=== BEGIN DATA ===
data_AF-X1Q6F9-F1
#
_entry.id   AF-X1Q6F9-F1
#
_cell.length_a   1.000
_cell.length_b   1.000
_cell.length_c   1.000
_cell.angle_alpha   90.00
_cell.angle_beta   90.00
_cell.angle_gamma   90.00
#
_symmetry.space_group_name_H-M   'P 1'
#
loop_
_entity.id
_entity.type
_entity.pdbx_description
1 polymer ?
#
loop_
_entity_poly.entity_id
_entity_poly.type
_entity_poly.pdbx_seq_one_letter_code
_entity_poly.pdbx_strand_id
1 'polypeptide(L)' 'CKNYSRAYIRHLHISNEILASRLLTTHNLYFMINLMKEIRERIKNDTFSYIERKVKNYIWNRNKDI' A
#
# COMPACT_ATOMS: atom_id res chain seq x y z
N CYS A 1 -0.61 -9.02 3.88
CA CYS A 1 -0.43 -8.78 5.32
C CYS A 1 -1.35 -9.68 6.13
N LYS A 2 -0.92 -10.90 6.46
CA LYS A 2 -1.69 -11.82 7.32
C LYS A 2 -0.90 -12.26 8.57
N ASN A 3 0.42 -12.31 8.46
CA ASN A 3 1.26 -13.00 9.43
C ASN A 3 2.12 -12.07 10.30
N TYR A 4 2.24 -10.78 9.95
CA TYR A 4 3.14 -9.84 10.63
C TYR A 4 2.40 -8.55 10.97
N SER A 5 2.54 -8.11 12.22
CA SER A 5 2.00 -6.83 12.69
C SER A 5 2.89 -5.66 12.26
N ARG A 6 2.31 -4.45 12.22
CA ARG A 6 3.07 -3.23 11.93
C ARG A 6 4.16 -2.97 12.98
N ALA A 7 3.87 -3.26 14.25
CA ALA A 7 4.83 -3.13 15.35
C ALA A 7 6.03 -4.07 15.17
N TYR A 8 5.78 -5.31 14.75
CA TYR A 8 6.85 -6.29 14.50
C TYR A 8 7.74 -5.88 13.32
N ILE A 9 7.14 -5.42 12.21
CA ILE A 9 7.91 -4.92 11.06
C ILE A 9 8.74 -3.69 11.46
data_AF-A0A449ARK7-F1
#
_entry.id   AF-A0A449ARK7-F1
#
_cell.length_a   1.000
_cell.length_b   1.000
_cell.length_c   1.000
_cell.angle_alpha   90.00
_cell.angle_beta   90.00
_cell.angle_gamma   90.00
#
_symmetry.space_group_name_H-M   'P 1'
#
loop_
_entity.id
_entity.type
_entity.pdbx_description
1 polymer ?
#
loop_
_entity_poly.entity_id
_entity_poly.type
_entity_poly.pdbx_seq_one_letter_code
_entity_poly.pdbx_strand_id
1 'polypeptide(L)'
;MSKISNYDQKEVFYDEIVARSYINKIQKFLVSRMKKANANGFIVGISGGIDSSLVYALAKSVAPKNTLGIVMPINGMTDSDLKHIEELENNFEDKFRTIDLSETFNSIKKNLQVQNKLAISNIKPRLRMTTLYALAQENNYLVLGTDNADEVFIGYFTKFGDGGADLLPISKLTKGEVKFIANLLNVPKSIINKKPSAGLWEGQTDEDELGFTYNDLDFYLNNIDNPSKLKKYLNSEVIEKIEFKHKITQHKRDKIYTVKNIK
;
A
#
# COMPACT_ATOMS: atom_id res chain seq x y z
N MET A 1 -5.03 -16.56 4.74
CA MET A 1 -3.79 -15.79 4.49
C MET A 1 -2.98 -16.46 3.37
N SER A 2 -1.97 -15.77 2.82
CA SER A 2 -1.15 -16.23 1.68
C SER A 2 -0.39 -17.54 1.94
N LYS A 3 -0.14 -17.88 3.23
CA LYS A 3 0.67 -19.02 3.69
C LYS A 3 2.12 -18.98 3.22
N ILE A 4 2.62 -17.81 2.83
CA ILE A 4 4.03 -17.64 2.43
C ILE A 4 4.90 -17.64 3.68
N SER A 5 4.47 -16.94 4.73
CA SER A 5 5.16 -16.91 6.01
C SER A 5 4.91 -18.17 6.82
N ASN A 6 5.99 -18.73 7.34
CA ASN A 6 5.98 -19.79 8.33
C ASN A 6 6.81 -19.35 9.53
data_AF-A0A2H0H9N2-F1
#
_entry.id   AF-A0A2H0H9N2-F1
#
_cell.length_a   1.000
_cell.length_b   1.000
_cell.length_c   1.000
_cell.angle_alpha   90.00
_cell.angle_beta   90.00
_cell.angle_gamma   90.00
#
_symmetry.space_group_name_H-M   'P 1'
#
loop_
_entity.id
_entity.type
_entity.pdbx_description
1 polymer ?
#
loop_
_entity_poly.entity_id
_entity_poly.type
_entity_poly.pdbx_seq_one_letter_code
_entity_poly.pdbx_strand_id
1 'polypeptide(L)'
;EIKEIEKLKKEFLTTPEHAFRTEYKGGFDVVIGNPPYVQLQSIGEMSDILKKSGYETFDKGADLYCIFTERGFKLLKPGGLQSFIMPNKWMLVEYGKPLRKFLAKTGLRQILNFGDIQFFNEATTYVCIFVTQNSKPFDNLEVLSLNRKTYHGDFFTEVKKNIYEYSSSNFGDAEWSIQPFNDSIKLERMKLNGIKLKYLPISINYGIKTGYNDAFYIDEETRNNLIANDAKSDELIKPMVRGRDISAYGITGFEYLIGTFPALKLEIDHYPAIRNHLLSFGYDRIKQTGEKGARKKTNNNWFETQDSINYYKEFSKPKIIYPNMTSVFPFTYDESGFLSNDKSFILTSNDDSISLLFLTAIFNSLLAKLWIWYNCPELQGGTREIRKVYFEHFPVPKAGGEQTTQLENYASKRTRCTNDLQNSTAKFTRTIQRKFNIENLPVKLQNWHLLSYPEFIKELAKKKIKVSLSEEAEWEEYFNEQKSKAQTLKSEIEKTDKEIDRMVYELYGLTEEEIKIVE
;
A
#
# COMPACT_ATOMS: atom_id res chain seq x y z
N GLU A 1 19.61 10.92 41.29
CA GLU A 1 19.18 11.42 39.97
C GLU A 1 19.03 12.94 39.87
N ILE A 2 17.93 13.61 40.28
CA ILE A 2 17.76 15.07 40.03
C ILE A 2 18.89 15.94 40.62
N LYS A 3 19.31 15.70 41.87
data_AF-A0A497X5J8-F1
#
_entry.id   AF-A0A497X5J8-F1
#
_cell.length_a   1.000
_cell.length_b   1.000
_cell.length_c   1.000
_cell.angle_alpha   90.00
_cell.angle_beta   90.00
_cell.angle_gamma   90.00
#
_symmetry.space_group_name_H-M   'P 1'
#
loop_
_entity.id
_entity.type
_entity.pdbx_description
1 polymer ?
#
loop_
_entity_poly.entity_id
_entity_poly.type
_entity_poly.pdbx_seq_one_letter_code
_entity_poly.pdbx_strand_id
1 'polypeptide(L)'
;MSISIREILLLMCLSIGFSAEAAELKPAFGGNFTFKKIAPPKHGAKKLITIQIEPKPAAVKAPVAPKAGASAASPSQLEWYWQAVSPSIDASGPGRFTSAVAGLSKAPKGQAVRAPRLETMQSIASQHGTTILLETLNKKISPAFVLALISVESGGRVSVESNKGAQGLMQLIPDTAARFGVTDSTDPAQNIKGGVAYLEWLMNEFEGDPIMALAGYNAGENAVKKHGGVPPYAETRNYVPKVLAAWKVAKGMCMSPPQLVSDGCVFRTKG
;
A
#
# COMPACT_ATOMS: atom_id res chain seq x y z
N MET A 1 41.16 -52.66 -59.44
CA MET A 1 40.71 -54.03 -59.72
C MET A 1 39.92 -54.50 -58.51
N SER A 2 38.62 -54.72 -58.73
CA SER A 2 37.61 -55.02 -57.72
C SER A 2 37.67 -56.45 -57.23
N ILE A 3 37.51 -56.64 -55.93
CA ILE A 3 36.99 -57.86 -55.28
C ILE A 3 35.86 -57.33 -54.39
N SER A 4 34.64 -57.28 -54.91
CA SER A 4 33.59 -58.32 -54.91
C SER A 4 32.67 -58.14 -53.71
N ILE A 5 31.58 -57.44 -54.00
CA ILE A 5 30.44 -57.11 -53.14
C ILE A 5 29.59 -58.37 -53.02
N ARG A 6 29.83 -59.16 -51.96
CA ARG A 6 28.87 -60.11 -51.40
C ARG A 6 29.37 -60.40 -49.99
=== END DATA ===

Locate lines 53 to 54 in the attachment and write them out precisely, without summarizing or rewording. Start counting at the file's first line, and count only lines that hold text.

CA ILE A 9 7.91 -4.92 11.06
C ILE A 9 8.74 -3.69 11.46